She knew she didn't. In trying to work some kind of middle course, they began to go to the Roman Catholic Church in the morning and St. George's Tron and listen to Eric Alexander, who's preached here from this pulpit. On one evening, as they sat and listened to him preach, he preached from the phrase, Almost you persuade me. And he dealt with the whole notion of being not very far from the kingdom of God.
Interestingly, as a sidebar, Eric Alexander and I, on another occasion, were having coffee across the street from the church. And I asked him about some things that were happening in the church, and he told me, he said, You know, about a few months ago, I was all ready to preach. I was in the vestry and prepared to go, and as I sat looking at my notes, I decided that I couldn't preach on this passage. I said, What did you preach on?
He said, I preached on the phrase, Almost you persuade me, at the drop of a hat. Well, back to the couple. They sit, they listen to the sermon.
Eric Alexander urges upon them the necessity of response. They come out of the church. They walk up the Canon Street. They're heading for a bus stop, at which they're going to part company from one another. They're not living together.
They're going to their own respective apartments. And as they get closer to the bus stop, and they have been in total silence since the benediction, the young man turned to the girl, and he said, There's something I need to tell you. When Mr. Alexander said that those who are not far from the kingdom need to trust in Christ and receive him, I trusted in Christ and received him. And the girl said, And there is something that I need to tell you. I did the exact same. And both of them were soundly converted, and they stood at the bus stop and essentially said, Did not our hearts burn within us as he talked with us and as he opened the Scriptures to us?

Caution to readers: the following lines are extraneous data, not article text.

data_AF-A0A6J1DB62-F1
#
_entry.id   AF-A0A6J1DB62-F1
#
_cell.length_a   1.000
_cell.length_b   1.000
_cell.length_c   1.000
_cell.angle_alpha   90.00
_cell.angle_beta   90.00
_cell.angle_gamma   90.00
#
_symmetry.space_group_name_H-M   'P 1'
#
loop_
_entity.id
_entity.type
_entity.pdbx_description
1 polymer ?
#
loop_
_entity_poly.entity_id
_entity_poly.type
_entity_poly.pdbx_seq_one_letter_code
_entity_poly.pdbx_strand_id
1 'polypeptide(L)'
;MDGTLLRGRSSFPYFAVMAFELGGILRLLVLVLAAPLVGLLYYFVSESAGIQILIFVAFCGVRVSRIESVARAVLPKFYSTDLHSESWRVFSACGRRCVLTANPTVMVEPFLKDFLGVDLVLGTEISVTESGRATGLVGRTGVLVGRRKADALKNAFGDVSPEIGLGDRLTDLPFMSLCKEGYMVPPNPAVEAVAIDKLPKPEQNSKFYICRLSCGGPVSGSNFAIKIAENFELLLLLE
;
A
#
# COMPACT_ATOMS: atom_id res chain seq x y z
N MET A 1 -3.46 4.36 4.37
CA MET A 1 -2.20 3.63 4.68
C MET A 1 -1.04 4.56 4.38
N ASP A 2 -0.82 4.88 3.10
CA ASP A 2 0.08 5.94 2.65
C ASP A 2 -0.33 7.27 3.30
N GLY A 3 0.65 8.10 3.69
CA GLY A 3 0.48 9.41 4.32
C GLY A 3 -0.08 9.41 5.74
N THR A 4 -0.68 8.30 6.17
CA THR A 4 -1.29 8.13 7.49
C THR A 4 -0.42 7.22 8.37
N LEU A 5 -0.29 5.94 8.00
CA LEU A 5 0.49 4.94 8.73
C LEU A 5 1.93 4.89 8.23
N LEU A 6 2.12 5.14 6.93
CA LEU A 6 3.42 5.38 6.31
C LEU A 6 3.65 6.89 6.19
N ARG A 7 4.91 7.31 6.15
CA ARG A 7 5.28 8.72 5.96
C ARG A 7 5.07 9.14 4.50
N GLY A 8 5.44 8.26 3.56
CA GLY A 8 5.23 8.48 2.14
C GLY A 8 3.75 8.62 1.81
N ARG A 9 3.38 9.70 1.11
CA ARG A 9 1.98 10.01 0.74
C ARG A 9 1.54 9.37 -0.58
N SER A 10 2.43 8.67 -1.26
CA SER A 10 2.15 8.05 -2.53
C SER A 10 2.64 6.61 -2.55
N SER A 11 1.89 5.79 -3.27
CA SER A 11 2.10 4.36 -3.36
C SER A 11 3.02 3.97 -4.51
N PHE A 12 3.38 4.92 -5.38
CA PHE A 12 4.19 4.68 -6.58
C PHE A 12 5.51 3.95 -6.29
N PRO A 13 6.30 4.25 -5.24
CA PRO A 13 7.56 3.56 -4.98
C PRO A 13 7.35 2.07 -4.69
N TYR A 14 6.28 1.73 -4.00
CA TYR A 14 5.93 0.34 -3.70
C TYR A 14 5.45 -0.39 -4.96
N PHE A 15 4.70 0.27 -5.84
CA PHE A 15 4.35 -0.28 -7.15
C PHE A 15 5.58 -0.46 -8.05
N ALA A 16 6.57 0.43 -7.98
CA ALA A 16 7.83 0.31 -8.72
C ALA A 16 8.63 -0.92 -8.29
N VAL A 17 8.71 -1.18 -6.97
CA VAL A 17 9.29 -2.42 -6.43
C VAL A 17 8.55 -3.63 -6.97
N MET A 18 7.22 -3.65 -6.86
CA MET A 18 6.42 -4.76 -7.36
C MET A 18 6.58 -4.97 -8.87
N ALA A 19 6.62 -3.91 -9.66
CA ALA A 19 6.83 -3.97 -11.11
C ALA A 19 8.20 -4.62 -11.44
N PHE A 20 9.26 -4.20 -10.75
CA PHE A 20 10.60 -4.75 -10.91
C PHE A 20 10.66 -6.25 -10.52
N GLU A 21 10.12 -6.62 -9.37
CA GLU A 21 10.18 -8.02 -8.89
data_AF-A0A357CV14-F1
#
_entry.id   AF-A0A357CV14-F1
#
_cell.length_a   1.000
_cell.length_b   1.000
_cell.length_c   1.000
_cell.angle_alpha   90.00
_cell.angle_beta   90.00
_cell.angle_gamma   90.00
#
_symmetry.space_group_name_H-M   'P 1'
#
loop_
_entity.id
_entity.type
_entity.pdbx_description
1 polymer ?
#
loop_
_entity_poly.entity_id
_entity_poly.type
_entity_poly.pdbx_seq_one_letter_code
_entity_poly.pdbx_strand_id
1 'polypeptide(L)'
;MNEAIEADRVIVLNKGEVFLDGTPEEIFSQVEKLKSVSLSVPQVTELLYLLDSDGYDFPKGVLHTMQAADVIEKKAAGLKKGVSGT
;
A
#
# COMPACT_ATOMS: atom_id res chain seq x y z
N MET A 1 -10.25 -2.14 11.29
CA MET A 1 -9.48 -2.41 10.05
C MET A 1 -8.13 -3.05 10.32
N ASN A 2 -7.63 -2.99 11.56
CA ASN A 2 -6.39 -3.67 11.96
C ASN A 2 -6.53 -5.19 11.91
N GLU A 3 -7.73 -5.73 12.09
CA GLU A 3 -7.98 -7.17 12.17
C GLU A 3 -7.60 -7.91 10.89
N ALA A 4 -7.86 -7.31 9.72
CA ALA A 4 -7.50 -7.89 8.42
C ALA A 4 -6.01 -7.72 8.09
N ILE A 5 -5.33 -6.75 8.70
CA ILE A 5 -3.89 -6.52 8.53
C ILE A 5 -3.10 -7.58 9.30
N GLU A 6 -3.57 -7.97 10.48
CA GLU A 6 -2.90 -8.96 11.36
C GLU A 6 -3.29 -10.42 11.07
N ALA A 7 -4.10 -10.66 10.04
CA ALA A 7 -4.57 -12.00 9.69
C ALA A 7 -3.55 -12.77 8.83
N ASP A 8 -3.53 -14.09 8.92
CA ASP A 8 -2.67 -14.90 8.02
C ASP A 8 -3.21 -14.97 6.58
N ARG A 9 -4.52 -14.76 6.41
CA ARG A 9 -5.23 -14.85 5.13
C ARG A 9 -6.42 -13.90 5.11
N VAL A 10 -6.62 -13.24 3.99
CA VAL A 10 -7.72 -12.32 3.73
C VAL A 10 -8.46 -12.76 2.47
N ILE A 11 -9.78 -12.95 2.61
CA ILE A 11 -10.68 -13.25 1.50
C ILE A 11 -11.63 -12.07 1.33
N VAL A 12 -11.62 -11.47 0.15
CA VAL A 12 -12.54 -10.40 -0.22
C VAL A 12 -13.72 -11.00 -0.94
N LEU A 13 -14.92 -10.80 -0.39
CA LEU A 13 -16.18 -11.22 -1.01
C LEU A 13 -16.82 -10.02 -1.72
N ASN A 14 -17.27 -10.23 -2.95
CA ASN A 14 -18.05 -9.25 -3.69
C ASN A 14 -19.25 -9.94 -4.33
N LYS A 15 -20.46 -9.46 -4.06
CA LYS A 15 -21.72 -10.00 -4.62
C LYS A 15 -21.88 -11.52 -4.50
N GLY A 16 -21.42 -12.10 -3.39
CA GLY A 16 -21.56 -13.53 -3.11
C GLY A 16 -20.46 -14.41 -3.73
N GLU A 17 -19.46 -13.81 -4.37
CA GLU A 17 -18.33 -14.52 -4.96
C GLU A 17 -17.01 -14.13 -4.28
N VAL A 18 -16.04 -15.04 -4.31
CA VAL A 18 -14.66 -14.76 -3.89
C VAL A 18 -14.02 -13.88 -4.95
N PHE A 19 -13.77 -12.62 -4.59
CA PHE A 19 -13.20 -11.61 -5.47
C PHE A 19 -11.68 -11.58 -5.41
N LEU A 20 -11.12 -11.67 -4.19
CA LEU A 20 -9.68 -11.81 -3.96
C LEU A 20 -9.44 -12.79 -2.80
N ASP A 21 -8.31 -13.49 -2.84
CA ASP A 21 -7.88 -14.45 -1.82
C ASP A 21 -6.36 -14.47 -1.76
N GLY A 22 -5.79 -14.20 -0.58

See, this is nothing that a man can achieve. I look at the crowds come and go from this church. I stand in my study, and I watch you leave. I said out loud in my study this morning, What chance is there, God, in the whole universe, that any of these people would be converted, apart from the sovereign moving of your spirit?
An invitation, a recognition, and finally, a celebration. Verse 33, they got up and returned at once to Jerusalem, energized by the discovery that they had made. The seven miles journey back apparently isn't even a question. One of the reasons that they might have been urging Jesus to stay was, Jesus, you know, it's dark and it's dangerous out there. You don't want to go out there now, not in this time of night. Why don't you just come and stay with us?